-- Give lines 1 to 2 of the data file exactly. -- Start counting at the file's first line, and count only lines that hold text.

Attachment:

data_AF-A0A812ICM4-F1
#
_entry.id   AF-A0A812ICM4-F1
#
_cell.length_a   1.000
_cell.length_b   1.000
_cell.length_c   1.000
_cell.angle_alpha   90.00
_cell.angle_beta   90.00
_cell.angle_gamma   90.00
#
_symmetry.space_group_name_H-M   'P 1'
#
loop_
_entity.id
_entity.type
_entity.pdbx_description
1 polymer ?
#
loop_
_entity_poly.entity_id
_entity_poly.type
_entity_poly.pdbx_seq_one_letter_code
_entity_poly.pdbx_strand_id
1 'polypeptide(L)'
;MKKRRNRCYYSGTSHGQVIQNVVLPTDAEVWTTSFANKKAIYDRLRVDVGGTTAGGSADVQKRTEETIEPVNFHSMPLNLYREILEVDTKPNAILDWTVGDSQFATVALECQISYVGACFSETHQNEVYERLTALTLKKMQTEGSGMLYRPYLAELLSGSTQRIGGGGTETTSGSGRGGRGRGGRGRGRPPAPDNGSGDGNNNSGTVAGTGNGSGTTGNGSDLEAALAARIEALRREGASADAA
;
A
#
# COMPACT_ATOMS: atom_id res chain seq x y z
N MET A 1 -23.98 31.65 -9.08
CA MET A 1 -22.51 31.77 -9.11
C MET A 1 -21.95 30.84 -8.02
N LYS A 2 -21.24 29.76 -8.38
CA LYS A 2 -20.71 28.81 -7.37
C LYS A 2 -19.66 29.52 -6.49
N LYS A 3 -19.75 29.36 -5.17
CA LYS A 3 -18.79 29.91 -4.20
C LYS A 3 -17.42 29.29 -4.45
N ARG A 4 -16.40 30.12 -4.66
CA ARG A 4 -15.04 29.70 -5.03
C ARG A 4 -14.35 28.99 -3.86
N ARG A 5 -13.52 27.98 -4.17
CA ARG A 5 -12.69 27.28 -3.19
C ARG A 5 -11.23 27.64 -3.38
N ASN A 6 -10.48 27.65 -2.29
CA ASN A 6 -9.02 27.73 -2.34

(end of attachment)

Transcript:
data_AF-A0A812ICM4-F1
#